Prior to the PATH Act, businesses could only utilize their R&D credits to offset income tax and would be forced to carry the credit forward until they had income to offset. Under the PATH Act, however, QSBs can elect to claim all or part of their R&D tax credits to offset the employer portion of Social Security taxes due on quarterly Form 941. The election is available to C corporations, partnerships, LLCs, and S corporations as an entity-level election and must be claimed on a timely filed tax return, including extensions. Superseding returns are considered timely filed returns, so taxpayers who failed to claim R&D tax credits the first time, or who claimed as income tax offsets instead, can file a superseding return and still meet the QSB statutory requirements. Because taxpayers claim the payroll tax offset at the entity level, K-1 holders may not have to refile individual returns in certain scenarios while still seeing benefits to the company. Let’s discuss how.

The R&D tax credit is calculated and claimed via Form 6765 and attached to business tax returns. The form allows taxpayers to elect the § 280C reduced credit, which reduces the amount of the credit claimed by the maximum corporate tax rate. The 280C election, like the QSB election, can only be made on an originally filed (including extensions) or superseding return. This election negates the requirement to reduce the business’ otherwise allowable deduction for qualifying expenses by the amount of the credit claimed. In effect, § 280C prevents taxpayers from receiving a double benefit due to a deduction and a credit for the same expense. The business’ taxable income does not change when the 280C reduced credit is elected because there is no expense reduction.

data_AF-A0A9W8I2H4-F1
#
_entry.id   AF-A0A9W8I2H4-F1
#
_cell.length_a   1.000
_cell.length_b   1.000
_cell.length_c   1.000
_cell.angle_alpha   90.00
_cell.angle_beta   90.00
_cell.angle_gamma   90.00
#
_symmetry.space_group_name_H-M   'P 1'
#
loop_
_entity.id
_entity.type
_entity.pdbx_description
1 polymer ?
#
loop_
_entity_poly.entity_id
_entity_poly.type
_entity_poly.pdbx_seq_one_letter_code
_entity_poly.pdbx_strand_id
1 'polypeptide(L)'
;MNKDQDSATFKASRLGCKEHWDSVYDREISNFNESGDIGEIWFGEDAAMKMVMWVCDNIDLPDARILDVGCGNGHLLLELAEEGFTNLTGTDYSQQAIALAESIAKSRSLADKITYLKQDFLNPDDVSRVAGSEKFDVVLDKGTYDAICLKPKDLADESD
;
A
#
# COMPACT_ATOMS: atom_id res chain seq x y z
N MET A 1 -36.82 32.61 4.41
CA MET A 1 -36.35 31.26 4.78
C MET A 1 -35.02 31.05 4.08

You may be wondering, but what about the credit itself? Doesn’t that still show up on my K-1 and cause me to have to amend my personal return? Yes, unless you elect 100% of the credit generated as a payroll tax offset in section D and elect the 280C reduced credit. If you are a QSB and elect all of your R&D credit to offset payroll taxes, then no amount of the credit shows up on your K-1, and you are thus not required to file a superseding individual income tax return.

Some companies may prefer not to elect the 280C reduced credit so that they can use the entire gross credit to offset payroll taxes, despite the increased filing costs of the taxpayer’s superseding Form 1040. This may happen when a company is in NOLs and does not anticipate being out of NOLs for the foreseeable future. In that scenario, a company may prefer to reduce their NOLs and see more of the benefit now given that the deductions would not be used for some time. That company will lose the NOL benefit once profitable, but the time value of money likely dictates that having the payroll tax credit earlier is more beneficial.

Regardless of which decision you make, the experts at BRAYN and your CPA can guide you to the greatest value. Contact us today for a free assessment:  info@brayn.com.

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BRAYN Consulting, LLC